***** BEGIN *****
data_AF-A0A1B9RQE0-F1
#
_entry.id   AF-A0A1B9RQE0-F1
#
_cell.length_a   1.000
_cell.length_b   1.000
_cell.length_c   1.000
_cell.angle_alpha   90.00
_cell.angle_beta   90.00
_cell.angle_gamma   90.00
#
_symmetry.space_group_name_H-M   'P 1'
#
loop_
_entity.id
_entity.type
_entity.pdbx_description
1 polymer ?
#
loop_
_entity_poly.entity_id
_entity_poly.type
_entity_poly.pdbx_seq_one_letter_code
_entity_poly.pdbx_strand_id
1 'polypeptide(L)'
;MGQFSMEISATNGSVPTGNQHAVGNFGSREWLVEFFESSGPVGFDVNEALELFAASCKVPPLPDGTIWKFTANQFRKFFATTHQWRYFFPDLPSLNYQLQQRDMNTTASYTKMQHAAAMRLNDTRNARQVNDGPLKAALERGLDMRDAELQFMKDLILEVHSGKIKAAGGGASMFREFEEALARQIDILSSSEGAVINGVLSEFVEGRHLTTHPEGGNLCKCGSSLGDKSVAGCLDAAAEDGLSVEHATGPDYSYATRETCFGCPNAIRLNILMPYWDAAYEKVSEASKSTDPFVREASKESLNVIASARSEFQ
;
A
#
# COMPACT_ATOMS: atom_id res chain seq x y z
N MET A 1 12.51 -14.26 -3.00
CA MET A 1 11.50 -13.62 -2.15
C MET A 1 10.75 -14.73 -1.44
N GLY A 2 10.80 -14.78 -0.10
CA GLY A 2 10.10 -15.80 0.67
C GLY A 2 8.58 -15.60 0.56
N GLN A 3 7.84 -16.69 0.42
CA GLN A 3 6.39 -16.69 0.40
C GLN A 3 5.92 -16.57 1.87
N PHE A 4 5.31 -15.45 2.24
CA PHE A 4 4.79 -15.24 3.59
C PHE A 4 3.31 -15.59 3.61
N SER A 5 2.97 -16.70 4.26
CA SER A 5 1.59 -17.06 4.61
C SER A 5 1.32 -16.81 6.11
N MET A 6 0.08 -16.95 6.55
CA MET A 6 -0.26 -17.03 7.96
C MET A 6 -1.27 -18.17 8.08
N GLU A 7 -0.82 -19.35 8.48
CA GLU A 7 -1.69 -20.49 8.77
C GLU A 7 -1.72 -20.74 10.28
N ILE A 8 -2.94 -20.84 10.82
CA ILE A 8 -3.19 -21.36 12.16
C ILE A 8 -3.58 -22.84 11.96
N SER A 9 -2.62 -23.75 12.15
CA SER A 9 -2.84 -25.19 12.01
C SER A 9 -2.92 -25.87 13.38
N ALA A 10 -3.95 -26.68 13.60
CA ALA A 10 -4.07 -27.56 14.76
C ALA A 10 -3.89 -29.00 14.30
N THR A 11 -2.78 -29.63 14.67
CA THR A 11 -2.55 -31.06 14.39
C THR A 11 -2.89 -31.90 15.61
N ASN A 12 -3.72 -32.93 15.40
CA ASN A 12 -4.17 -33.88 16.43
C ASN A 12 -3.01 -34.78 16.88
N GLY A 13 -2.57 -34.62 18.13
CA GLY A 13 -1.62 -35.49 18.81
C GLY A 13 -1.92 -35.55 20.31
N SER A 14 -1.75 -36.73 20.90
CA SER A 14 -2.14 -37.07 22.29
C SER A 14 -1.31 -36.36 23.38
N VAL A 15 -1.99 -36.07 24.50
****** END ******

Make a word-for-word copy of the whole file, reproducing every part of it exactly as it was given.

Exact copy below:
data_AF-A0A1B9RQE0-F1
#
_entry.id   AF-A0A1B9RQE0-F1
#
_cell.length_a   1.000
_cell.length_b   1.000
_cell.length_c   1.000
_cell.angle_alpha   90.00
_cell.angle_beta   90.00
_cell.angle_gamma   90.00
#
_symmetry.space_group_name_H-M   'P 1'
#
loop_
_entity.id
_entity.type
_entity.pdbx_description
1 polymer ?
#
loop_
_entity_poly.entity_id
_entity_poly.type
_entity_poly.pdbx_seq_one_letter_code
_entity_poly.pdbx_strand_id
1 'polypeptide(L)'
;MGQFSMEISATNGSVPTGNQHAVGNFGSREWLVEFFESSGPVGFDVNEALELFAASCKVPPLPDGTIWKFTANQFRKFFATTHQWRYFFPDLPSLNYQLQQRDMNTTASYTKMQHAAAMRLNDTRNARQVNDGPLKAALERGLDMRDAELQFMKDLILEVHSGKIKAAGGGASMFREFEEALARQIDILSSSEGAVINGVLSEFVEGRHLTTHPEGGNLCKCGSSLGDKSVAGCLDAAAEDGLSVEHATGPDYSYATRETCFGCPNAIRLNILMPYWDAAYEKVSEASKSTDPFVREASKESLNVIASARSEFQ
;
A
#
# COMPACT_ATOMS: atom_id res chain seq x y z
N MET A 1 12.51 -14.26 -3.00
CA MET A 1 11.50 -13.62 -2.15
C MET A 1 10.75 -14.73 -1.44
N GLY A 2 10.80 -14.78 -0.10
CA GLY A 2 10.10 -15.80 0.67
C GLY A 2 8.58 -15.60 0.56
N GLN A 3 7.84 -16.69 0.42
CA GLN A 3 6.39 -16.69 0.40
C GLN A 3 5.92 -16.57 1.87
N PHE A 4 5.31 -15.45 2.24
CA PHE A 4 4.79 -15.24 3.59
C PHE A 4 3.31 -15.59 3.61
N SER A 5 2.97 -16.70 4.26
CA SER A 5 1.59 -17.06 4.61
C SER A 5 1.32 -16.81 6.11
N MET A 6 0.08 -16.95 6.55
CA MET A 6 -0.26 -17.03 7.96
C MET A 6 -1.27 -18.17 8.08
N GLU A 7 -0.82 -19.35 8.48
CA GLU A 7 -1.69 -20.49 8.77
C GLU A 7 -1.72 -20.74 10.28
N ILE A 8 -2.94 -20.84 10.82
CA ILE A 8 -3.19 -21.36 12.16
C ILE A 8 -3.58 -22.84 11.96
N SER A 9 -2.62 -23.75 12.15
CA SER A 9 -2.84 -25.19 12.01
C SER A 9 -2.92 -25.87 13.38
N ALA A 10 -3.95 -26.68 13.60
CA ALA A 10 -4.07 -27.56 14.76
C ALA A 10 -3.89 -29.00 14.30
N THR A 11 -2.78 -29.63 14.67
CA THR A 11 -2.55 -31.06 14.39
C THR A 11 -2.89 -31.90 15.61
N ASN A 12 -3.72 -32.93 15.40
CA ASN A 12 -4.17 -33.88 16.43
C ASN A 12 -3.01 -34.78 16.88
N GLY A 13 -2.57 -34.62 18.13
CA GLY A 13 -1.62 -35.49 18.81
C GLY A 13 -1.92 -35.55 20.31
N SER A 14 -1.75 -36.73 20.90
CA SER A 14 -2.14 -37.07 22.29
C SER A 14 -1.31 -36.36 23.38
N VAL A 15 -1.99 -36.07 24.50